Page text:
Target market for NFL Rivals
Linden painted the age of NFT gamers as generally older than Kiang’s target for NFL Rivals. “I’d say the average age is definitely in that group of 18 to 34 for Blancos,” said Linden. “We actually saw a lot of players have their kids play with them, we see a lot of videos where they’re playing with their kids. We think the age demographics will be similar on NFL, that 18 to 34, maybe even 18 to 45, especially with the collector aspects. We have a couple of things we’re going to be announcing with sports memorabilia later, traditional sports memorabilia companies we’ve been talking about, and I think that will really drive into that demographic as well.”
Linden added, “We see a lot of people that when they sell their Blancos [NFTs], they end up using that money and they buy more Blancos. So kind of getting liquidity in the game has a tendency for them to buy more,” he said. “I think that’s gonna be a great trend of web3 of seeing—where does that money go? Are they just cashing it out and taking it, some of them are and that’s great. We’ve had people that have paid bills with the game and that’s great as well.”
A study released in July from National Research Group found that 67% of sports fans preferred physical memorabilia over digital memorabilia and that 72% of the 3,250 surveyed fans viewed NFTs as “a way to make money.” A separate recent study from MKTG Sports + Entertainment surveyed 350 professionals who work in sports and entertainment, with one in three respondents (30%) saying they “believe NFTs exploit fans.” The study also found that 73% of industry professionals admit to having “some or low knowledge” of non-fungible tokens.
Entering the blockchain game space
“What we want to avoid is creating an NFT project that comes across as a speculative NFT art kind of project,” Kiang said. “We’ve never looked at this as a major kind of speculative product, so we’re not as impacted by fluctuations in the crypto marketplace,” he added. “Our approach has always been to create great games for everyday fans. I think a lot of what we see in the crypto marketplace also just mirrors the stock market in general.”
NFL Rivals will let fans buy NFT players cards and packs using cryptocurrency, but Kiang expects most users will pay in fiat (such as USD) through linking their credit card. Linden estimated that 77% of NFT transactions on Blankos Block Party are paid with fiat currency. The entire cryptocurrency market has lost $2 trillion in market value since its peak in 2021.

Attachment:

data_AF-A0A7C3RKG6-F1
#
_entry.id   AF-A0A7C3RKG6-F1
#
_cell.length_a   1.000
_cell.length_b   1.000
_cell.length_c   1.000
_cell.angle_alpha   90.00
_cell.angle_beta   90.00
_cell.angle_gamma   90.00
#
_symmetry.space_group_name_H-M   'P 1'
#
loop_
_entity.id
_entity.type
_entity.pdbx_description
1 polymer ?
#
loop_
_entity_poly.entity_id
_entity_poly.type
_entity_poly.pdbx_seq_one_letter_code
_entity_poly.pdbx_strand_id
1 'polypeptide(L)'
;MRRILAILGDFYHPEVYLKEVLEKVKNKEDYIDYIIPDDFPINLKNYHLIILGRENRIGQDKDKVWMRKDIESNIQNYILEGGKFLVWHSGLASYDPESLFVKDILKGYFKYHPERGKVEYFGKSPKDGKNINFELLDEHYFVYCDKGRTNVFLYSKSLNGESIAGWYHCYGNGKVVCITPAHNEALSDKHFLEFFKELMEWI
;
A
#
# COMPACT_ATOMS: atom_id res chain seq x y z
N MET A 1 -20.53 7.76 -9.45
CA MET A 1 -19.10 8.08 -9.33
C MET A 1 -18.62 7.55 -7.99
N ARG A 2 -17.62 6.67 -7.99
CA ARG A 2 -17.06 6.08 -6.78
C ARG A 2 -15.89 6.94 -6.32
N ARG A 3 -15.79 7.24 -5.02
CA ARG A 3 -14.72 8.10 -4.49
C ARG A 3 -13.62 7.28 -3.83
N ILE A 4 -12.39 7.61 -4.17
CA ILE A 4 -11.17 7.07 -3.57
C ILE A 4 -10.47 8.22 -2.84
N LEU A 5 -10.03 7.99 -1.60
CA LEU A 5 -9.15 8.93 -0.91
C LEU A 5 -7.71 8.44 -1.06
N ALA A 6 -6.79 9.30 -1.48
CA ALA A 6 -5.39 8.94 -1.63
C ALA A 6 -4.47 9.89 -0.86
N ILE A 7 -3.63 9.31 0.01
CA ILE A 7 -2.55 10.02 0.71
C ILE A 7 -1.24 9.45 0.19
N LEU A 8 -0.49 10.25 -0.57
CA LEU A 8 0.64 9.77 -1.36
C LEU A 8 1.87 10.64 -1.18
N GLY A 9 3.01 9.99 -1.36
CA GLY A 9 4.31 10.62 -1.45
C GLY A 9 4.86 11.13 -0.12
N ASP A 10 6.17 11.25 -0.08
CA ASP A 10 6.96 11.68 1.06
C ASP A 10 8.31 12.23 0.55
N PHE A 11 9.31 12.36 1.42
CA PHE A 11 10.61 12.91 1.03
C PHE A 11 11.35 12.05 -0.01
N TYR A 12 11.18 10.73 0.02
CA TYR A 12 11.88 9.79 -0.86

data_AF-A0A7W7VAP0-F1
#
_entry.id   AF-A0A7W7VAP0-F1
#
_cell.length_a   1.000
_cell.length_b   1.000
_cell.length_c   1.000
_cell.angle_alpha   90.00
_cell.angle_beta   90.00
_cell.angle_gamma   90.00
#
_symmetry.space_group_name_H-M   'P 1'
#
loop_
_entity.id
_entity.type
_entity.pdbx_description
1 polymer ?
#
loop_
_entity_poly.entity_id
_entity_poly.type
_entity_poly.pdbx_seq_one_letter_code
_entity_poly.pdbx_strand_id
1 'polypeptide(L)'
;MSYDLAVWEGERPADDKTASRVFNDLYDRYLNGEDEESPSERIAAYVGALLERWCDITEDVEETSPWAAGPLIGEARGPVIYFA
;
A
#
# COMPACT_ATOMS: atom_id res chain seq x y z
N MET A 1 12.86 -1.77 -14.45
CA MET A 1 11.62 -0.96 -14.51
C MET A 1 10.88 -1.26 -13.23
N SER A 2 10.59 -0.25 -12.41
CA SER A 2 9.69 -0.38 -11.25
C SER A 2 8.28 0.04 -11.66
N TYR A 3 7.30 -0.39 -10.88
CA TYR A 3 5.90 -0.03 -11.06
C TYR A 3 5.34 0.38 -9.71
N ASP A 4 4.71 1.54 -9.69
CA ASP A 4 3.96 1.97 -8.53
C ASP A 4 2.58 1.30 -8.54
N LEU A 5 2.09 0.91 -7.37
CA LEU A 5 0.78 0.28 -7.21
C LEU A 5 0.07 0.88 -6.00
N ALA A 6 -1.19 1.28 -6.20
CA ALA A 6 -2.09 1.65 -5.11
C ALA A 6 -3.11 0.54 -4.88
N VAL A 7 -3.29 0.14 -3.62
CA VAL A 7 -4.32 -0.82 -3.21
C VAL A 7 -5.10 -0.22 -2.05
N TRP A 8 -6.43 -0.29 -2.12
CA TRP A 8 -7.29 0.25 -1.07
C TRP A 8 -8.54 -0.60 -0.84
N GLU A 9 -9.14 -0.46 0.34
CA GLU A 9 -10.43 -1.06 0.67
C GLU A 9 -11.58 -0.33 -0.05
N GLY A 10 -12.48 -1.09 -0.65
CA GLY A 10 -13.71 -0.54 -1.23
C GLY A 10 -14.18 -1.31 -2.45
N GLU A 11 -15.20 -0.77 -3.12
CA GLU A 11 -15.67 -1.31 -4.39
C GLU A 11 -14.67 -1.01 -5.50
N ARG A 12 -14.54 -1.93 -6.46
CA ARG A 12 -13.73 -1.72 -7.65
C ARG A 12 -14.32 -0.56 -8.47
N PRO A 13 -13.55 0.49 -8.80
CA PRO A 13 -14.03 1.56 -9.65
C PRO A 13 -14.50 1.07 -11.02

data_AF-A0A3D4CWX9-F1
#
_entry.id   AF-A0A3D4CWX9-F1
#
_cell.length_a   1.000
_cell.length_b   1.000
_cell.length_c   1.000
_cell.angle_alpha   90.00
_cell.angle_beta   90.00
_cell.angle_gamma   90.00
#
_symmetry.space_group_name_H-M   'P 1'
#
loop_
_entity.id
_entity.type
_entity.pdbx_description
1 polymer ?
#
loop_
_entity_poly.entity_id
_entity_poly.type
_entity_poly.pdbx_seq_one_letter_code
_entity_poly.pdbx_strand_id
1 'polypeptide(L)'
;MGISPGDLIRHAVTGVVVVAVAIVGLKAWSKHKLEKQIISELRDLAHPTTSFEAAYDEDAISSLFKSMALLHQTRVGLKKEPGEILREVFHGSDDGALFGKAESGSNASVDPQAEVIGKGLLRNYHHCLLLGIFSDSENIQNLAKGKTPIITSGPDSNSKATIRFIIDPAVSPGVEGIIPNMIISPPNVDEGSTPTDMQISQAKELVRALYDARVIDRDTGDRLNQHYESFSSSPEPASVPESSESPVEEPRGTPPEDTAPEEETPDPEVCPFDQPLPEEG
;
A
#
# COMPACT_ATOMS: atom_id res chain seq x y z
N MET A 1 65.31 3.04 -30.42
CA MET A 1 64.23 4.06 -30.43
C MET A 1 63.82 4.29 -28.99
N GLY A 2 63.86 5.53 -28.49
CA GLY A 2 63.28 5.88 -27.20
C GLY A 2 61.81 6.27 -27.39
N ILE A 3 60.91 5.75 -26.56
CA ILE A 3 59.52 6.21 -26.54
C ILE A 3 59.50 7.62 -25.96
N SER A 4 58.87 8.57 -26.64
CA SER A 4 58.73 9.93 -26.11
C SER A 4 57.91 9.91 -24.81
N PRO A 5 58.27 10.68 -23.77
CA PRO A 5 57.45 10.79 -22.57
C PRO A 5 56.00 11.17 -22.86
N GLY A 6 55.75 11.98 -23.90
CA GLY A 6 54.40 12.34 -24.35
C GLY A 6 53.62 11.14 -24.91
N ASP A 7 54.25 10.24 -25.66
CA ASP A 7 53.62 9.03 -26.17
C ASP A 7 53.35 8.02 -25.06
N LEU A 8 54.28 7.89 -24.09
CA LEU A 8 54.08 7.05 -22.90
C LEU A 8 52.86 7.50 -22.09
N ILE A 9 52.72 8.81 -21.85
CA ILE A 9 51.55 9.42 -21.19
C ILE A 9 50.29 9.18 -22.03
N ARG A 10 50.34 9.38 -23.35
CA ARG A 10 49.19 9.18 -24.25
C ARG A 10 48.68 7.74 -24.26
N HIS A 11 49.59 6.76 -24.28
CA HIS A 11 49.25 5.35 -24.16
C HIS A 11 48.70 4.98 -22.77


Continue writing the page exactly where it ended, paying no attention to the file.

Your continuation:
Related: More on crypto will be covered at SportTechie’s upcoming webinar, “Vetting Crypto Partnerships: Spotting Perils and Building Long-Term Success in a Volatile Market.” Register for free here.
“When it comes to crypto as a payment method, we saw a lot of demand for our clients, let’s say up until six months ago,” JPMorgan Chase’s global head of payments Takis Georgakopoulos told Bloomberg this week. “We see very little right now.”
Kiang called mobile free-to-play games a “massive part” of the gaming industry, and that he expects the NFL to do more in the space. The league also has a partnership with mobile gaming developer Skillz.
“The value is what you perceive it to be,” Kiang said. “Our partnership with Mythical and what we’re doing with NFL Rivals, the ability for this to drive value is inherently built into the quality of the game,” he adds: “if we’re creating really great gameplay experiences in the same way that a free to play mobile game has people understand the value of the characters in the game, and the boosts available in the game, then I think that they’re going to want to spend to really express their fandom with the items they can purchase. And I think that’s the same with blockchain-based games.”